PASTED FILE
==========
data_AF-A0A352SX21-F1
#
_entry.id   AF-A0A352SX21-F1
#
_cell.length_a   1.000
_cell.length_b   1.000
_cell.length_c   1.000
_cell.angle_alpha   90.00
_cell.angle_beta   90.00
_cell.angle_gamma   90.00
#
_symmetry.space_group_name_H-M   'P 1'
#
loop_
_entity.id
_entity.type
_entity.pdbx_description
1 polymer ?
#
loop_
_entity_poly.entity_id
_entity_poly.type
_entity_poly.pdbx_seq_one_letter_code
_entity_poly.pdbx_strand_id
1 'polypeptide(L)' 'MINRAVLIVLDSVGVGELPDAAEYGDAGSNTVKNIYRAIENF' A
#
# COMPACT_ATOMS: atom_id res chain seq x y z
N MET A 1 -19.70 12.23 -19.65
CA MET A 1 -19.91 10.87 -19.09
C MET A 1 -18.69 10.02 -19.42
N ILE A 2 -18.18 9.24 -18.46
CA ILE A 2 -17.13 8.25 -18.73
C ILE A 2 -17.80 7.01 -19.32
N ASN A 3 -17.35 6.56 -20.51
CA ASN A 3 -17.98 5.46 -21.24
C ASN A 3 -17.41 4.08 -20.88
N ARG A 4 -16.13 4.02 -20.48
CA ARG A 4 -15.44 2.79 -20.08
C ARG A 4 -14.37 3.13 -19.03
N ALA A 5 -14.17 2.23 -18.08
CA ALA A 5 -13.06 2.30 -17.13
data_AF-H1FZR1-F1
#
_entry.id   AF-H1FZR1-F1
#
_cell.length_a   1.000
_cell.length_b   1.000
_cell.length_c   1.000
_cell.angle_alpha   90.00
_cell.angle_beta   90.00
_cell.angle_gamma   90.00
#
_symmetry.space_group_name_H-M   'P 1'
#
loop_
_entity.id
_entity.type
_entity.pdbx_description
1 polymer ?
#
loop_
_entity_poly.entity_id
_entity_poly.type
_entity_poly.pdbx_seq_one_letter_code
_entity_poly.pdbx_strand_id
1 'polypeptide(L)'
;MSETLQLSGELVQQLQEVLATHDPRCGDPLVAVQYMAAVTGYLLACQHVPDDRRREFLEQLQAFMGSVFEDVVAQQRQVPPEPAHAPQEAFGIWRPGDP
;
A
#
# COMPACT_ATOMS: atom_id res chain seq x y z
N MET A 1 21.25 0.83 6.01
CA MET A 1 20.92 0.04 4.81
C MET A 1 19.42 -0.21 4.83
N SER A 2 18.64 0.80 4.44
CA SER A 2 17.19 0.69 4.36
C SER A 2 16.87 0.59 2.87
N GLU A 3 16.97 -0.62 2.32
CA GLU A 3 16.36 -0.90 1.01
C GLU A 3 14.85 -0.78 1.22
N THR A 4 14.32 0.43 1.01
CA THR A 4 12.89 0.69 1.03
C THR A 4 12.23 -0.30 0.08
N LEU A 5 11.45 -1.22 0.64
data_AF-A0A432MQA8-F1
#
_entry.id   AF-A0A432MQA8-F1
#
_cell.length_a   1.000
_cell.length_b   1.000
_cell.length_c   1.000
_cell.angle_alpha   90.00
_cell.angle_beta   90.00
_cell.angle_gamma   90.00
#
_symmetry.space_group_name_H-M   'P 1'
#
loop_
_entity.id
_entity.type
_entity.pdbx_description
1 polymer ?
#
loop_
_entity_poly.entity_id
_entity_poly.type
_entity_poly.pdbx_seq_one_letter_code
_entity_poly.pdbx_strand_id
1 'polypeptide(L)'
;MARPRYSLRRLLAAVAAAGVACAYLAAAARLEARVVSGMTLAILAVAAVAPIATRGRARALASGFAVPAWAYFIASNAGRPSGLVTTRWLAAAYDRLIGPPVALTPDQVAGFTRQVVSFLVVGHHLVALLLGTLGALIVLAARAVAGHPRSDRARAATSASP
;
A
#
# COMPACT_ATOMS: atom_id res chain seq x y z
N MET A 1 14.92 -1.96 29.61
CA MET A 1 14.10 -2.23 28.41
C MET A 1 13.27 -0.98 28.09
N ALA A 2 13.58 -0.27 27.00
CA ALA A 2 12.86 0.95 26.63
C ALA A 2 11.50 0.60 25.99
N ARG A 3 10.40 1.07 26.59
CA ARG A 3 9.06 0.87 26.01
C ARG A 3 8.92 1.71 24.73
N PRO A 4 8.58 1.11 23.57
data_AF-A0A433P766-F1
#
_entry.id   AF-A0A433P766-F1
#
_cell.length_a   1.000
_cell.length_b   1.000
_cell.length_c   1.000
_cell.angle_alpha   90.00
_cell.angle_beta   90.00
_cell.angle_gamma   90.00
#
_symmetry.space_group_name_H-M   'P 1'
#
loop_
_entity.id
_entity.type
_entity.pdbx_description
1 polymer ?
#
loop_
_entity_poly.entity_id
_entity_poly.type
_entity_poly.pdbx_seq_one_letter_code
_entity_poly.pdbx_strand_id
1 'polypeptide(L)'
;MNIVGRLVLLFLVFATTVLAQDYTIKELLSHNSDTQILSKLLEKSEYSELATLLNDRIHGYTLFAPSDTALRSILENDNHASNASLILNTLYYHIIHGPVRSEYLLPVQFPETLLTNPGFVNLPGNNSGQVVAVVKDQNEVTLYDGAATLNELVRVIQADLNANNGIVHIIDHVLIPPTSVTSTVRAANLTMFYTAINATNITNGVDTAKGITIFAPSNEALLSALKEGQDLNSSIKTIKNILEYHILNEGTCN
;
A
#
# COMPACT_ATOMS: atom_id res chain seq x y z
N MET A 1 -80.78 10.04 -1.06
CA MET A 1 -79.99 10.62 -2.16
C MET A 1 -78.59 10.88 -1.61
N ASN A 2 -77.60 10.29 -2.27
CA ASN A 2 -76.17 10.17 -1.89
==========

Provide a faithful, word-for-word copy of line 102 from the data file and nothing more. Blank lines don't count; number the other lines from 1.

1 polymer ?